Science Seen Time One author Colin Gillespie helps you understand the physics of your world.

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No Number is Very Large

This week we venture into mathematical philosophy to shine a light on some long-standing mind benders that maybe we can now resolve. And they turn out to be profoundly practical.

Does infinity exist or is it a figment of imagination? Are numbers a property of the universe that we discover or are they ideas we invent? Philosophers and mathematicians have long wrestled with these and other such deep issues. They wrestle in earnest. Immeasurable consequences in the realm of physics—which is based on math—hinge upon the answers, yet so far the answers are not clear.

Famed British philosopher and mathematician Bertrand Russell did more than his share of the wrestling. In 1900, at the watershed of his career he wrote to his wife, ‘I am just beginning to get a glimmering of the nature of numbers’. This was no false modesty. He hoped to listen to some lectures so he could ‘get to know something about the number one’, a number that had great significance for him because he could construct all other numbers from it. He went on to tell his wife:

‘I can now prove that no number is very large. For 1 is certainly not so, and if any number you like to take is not very large no more is the next one after it: and so no number is very large because they can never begin being so.’

This is a variation of the sorites paradox known to the ancient Greeks. Russell’s version is now known as Wang’s Paradox,Bertrand_Russell named for American philosopher, logician and mathematician Hao Wang, who was born two decades later and who merely mentioned it. Go figure!

Russell’s little mind game is directed to some of those deep issues. His philosophy was realist. That is, he saw math (and by extension physics) as being about objects that actually exist. His math allowed infinities; in his day the universe was usually assumed to be infinite.

Modern cosmology gnaws at the foundations of this assumption. My book, Time One: Discover How the Universe Began, says that—as Russell thought—the universe is made of just one kind of thing (quanta of space called flecks). In the beginning there was only one of them. Fleck replication (by quantum tunneling) created the world we know and love. In the process this gives real substance to the natural numbers that formed the foundation of several of Russell’s works. Particle physicist and topologist Sundance Bilson-Thompson revealed the key to how the matter that we see comes from twists in links between flecks (he calls them ribbons). It’s an elegant picture that shows us where both real math and laws of physics come from.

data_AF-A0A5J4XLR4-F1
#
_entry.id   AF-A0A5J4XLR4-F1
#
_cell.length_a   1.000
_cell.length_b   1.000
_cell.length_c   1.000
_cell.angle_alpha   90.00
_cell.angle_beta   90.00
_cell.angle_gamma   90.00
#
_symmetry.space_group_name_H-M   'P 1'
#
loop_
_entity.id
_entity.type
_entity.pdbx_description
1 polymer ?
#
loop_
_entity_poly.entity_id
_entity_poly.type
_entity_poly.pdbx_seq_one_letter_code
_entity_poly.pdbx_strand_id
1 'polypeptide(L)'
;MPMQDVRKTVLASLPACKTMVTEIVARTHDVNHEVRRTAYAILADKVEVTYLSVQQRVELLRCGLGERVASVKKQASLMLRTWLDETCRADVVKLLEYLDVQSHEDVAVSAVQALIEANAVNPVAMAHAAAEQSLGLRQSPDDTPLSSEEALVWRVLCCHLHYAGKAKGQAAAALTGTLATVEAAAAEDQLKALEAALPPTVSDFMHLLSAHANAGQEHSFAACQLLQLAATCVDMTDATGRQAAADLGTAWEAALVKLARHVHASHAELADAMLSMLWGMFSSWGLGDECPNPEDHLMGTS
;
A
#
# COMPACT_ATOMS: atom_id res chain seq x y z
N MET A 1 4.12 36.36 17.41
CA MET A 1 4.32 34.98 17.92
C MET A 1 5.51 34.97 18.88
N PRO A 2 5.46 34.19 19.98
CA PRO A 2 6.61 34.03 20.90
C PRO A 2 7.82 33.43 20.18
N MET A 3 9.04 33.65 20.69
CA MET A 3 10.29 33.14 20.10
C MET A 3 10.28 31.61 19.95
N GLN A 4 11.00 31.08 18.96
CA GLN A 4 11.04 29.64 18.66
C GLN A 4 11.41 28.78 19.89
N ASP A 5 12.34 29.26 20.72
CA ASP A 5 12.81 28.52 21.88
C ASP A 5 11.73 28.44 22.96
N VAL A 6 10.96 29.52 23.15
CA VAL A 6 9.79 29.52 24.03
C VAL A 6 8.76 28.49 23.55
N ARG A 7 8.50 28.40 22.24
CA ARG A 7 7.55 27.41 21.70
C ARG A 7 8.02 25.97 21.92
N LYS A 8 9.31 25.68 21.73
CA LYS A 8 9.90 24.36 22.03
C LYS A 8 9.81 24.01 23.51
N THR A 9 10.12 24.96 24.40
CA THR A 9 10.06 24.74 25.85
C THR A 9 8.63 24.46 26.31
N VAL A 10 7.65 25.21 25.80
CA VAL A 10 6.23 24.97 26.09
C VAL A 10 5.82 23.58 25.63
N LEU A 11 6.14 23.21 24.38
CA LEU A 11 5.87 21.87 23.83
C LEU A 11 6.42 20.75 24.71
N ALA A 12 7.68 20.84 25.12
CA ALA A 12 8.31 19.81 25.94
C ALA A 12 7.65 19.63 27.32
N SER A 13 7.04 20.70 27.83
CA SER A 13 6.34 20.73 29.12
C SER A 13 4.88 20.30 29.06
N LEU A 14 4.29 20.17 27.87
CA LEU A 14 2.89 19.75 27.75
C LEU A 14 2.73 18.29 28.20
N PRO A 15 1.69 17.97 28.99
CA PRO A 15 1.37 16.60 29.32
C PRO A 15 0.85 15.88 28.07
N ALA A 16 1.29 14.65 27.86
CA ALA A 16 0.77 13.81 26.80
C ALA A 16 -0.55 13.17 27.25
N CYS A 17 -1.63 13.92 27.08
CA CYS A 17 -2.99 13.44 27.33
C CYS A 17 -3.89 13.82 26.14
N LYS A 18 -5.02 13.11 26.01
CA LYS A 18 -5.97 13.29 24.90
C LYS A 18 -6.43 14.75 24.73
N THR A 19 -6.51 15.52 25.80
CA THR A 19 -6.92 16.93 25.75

What does it add to that long history of wrestling? Well, many cosmological measurements tell us that those space quanta have been replicating for a long but finite time (less than fourteen billion years). Ipso facto then, the universe, though vast must also be finite. Indeed the number of those incredibly small quanta of space that exist at any instant, though almost inconceivable, can be written on a single page. For Russell the realist, this would mean there are no infinities in math, except of course in what we could call math fiction.

This leads to another simple insight. The first theorem of number theory says: There is no largest natural number. (Do we hear echoes of Wang’s Paradox?) But we now see that it is wrong. The classic proof of the theorem is to assume there is a largest natural number, call it N. So what is N+1? But note this proof contains a hidden assumption: that there is another one to add to N. Should we simply accept this assumption? If he had had the opportunity to view the universe as made up of a finite number of things, Russell (like another famous realist logician, Kurt Gödel) would undoubtedly have answered: No. So much for the foundations of number theory.

Thus there is a need to distinguish real math from math fiction. The latter can be entertaining, even useful, but it is not grounded in the world. Making this distinction sets the stage for humanity’s next great mind-adventure: real physics!


Bertrand Russell (1900), October 29 letter to Alys Pearsall Smith, reproduced in The Selected Letters of Bertrand Russell, vol. 1, The Private Years (1884 – 1914), ed. Nicholas Griffin (1992), Boston: Houghton Mifflin Company, p. 204.

Sundance Bilson-Thompson (2008), “A topological model of composite preons”, Cornell University Library,

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